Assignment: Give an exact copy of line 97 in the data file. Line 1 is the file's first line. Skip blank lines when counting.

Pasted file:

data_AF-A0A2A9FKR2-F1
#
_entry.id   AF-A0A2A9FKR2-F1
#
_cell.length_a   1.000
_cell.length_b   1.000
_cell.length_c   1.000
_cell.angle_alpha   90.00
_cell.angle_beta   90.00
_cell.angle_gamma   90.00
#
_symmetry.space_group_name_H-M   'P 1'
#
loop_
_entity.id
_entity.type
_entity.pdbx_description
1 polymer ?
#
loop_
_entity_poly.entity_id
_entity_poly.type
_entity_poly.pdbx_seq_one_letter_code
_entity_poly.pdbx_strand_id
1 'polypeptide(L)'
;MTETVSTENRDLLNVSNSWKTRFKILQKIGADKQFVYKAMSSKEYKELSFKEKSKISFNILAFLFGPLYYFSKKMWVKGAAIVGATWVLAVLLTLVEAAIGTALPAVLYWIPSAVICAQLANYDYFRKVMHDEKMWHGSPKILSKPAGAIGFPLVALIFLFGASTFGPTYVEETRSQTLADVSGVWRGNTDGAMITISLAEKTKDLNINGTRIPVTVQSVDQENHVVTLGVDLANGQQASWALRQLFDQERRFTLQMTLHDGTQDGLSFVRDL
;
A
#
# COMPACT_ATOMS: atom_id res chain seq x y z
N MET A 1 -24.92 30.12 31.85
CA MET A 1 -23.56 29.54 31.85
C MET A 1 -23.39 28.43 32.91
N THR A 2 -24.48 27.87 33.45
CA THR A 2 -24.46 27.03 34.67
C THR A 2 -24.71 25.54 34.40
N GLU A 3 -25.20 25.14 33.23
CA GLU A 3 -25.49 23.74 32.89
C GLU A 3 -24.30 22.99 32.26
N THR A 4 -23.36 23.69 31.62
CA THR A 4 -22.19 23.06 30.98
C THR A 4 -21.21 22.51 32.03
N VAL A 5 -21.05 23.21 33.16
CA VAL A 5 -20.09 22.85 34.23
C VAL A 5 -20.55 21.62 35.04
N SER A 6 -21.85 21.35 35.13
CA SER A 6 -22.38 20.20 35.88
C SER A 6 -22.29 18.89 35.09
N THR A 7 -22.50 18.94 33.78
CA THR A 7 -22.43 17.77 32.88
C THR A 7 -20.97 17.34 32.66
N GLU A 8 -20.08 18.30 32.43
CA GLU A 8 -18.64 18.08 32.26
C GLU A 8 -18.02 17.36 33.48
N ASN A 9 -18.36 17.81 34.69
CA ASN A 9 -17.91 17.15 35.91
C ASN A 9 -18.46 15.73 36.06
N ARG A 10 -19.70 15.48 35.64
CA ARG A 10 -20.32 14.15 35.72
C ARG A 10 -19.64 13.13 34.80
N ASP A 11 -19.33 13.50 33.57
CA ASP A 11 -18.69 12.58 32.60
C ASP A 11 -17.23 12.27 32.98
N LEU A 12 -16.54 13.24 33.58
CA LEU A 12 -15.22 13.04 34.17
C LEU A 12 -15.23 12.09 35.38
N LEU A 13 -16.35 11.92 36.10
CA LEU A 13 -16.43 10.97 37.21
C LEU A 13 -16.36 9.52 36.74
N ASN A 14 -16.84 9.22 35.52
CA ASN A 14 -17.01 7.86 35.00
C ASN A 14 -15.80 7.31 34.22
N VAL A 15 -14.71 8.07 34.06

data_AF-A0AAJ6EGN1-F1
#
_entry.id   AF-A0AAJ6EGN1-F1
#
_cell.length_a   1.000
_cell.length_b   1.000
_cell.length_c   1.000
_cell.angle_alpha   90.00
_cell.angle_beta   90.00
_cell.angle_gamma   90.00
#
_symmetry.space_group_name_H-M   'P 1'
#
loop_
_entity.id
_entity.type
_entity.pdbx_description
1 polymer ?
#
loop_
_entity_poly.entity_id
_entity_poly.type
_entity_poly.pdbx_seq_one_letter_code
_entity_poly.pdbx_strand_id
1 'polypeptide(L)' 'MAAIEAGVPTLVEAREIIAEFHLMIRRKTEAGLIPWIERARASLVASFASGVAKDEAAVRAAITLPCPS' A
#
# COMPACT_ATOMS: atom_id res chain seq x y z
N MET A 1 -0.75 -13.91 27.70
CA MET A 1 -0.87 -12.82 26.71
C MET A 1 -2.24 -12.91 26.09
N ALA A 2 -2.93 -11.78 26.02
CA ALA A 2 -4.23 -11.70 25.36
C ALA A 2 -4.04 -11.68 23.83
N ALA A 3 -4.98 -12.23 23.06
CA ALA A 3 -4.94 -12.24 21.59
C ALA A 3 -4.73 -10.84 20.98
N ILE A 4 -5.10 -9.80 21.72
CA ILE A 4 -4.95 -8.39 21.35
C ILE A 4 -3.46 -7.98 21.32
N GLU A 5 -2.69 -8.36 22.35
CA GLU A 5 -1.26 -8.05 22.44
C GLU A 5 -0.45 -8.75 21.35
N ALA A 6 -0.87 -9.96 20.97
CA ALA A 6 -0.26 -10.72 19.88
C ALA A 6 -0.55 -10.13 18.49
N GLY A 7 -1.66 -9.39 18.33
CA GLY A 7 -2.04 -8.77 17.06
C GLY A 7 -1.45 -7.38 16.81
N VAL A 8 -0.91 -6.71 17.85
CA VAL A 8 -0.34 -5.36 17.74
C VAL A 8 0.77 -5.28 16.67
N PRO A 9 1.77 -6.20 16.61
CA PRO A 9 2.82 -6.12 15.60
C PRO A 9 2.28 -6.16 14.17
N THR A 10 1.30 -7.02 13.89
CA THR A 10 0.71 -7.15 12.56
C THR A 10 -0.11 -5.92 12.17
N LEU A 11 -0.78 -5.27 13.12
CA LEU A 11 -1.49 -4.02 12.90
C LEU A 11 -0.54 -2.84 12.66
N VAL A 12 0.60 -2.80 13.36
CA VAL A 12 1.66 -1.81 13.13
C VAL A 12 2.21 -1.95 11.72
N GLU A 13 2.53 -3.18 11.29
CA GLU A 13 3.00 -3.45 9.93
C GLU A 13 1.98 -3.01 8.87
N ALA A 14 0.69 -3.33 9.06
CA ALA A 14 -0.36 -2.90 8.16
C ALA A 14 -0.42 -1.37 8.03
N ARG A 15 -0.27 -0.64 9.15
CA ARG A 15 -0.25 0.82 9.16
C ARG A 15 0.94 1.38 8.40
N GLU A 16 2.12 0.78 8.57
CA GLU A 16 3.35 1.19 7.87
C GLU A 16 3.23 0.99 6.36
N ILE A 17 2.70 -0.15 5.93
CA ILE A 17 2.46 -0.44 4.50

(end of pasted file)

_entity_poly.pdbx_strand_id